2. Start tracking your rate of return over time thru dollar cost averaging now. See my post here.
  • 3
    +1 for the advice on company match + Roth then maxing out.
    – justkt
    Commented Aug 27, 2010 at 14:09
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    +1 for the Roth. Two piles of money with the same goal be getting there in slightly different ways is a good feeling for me.
    – MrChrister
    Commented Aug 27, 2010 at 16:02
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    @MrChristler - Agreed. An additional benefit of the Roth is that you get to choose where the money goes (which institution). 401k's can be quite restrictive depending on the luck of the draw. (Choose one of these 10 mutual funds, good luck finding one without high fees).
    – CrimsonX
    Commented Aug 27, 2010 at 16:19
  • As far as the home purchase goes, Roth IRAs also consider a withdraw taken for a first-time home purchase as a qualified distribution (after the account has been open for 5 years), and therefore is income tax and penalty free.
    – Andrew
    Commented Jan 2, 2011 at 23:54
  • @Andrew - You are correct. Its a good "flexible" option for being able to take money away from your retirement for the big downpayment needed for a house. I think its a good tool to have in the toolbox, but overall I chose not to do this when I recently bought a house because there are limits to how much $ to put in a Roth IRA per year - if I take $10k out now, I can only put in $5k per year even if I want to put in more.
    – CrimsonX
    Commented Jan 3, 2011 at 1:09
  1. Make sure that by year end, you've maxed what your company matches in your 401k (It's an instant 100% return, albeit an illiquid one PLUS tax savings.)
  2. Pay off your credit cards.
  3. Pay off any non-subsidized loans.
  4. Max a Roth IRA out (or a traditional if you're not Roth-eligible).
  5. Max out your 401k

You want to take the hit now. There are tons of calculators out there, but the rule of 70 should be enough to help convince you:

Assume you can put an extra $10k in a 401k now, or keep it. If you pay ~30% in taxes, you can have either:

A) $7k now, or: B) What $10K will grow to in your 40 years till retirement less taxes at the end.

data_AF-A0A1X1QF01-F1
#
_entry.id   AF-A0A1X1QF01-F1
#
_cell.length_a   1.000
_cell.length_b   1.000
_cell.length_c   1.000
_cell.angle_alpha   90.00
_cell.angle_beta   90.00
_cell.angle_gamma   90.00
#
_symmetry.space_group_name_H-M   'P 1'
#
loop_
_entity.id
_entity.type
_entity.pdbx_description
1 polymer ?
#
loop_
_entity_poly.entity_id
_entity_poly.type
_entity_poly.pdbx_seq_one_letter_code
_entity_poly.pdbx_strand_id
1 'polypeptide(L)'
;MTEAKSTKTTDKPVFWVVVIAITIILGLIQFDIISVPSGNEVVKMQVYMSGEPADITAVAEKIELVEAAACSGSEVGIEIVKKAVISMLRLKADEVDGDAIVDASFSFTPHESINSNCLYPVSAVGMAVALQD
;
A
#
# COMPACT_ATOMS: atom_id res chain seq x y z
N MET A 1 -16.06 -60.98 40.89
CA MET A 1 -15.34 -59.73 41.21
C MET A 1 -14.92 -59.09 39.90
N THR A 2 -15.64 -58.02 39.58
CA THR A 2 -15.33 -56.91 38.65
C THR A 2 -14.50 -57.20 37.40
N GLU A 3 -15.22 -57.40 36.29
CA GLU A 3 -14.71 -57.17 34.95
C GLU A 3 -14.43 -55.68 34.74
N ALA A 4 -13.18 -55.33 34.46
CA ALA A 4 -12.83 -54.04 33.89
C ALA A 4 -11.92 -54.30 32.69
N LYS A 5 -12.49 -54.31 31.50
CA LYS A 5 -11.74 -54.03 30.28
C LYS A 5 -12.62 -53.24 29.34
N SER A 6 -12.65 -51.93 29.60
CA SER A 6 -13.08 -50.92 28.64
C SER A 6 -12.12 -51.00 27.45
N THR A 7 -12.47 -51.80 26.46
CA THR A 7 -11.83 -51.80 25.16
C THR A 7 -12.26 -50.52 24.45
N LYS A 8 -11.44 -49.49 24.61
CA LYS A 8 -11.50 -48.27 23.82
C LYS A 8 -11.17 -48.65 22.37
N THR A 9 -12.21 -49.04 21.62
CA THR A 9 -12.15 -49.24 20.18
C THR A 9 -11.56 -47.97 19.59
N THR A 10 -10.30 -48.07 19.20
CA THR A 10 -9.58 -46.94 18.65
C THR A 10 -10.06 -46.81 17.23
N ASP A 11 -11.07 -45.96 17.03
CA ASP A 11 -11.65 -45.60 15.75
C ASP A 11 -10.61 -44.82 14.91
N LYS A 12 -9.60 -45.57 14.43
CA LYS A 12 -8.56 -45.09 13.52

The rule of 70 is a quick, dirty way to calculate compounded returns. It says that if you divide 70 by your assumed return, you get the approximate number of years it will take to double your money.

So let's say you assume a 5% rate of return (you can replace that with whatever you want): 1) 70/5 is 14, so you'll double your $10k every 14 years. 2) In 40 years, you'll double your money almost 3 times (2.86) 3) That means you'll end up with almost $80k before taxes 4) Even if we assume the same tax rate at retirement of 30% (odds are decent it's lower, since you'll have less income, presumably), you still have $56k.

Whatever you think inflation will be, $56k later is a LOT better than $7k now.


I moved from contributing 10% to maxing as my salary rose over the course of three years after graduation. Because of my raises, my monthly take home still increased, so it was a pretty painless way to increase my 401(k) contribution and also avoid lifestyle inflation.

That said, I would not do it if you have any credit card debt, school loans, or an auto loan. Pay that off first. Then work on maxing the 401(k). Personally I rate owning a home behind that, but that's partially because I'm in an area where the rent ratios are barely on the side of buying, so I don't find buying to be a pressing matter.

One thing to investigate is if your company offers a Roth 401(k) option. It's a nice option where you can go Roth without worrying about income limits. My personal experience does not include a Roth IRA because when I still qualified for one I didn't know much about them, and now that I know about them I have the happy issue of not qualifying.


On #1: One way to make it less painful is to "split" your raises between yourself and your 401k. That is, if you get a 2% raise, increase your contribution to the 401K by 1% and keep the other 1%. Keep doing this until you are maxed out. You won't miss money you never had nearly as much as money you were used to living on.

On #2: Yes, go with the Roth.

Another consideration: If you are ever going to max out your 401K it is best to do it early even if you have to cut back later than to wait. Take advantage of the extra investment time while you are young.


I second CrimsonX's advice to max out Roth then 401k. At your age in what sounds like a similar situation I did the same thing -- thankfully. It's easier to do when you're young and unencumbered. 10 years later with kids, house, changing from double to single income, job changes, etc, it's harder to max out retirement accounts. Not to mention that priorities change, e.g. saving for college.

  • But, if as you suggest, there's a potential drop in income, especially from dual to single, why not save pretax at first and convert to Roth in the lower income years to come? Commented Feb 9, 2011 at 4:01
  • @JoeTaxpayer: seems like it could be a reasonable strategy. The Roth conversion will require cash though, right? If you're planning for lower cash flow at some future point, you'd have to plan for savings to be able to afford the conversion.
    – bstpierre
    Commented Feb 9, 2011 at 15:52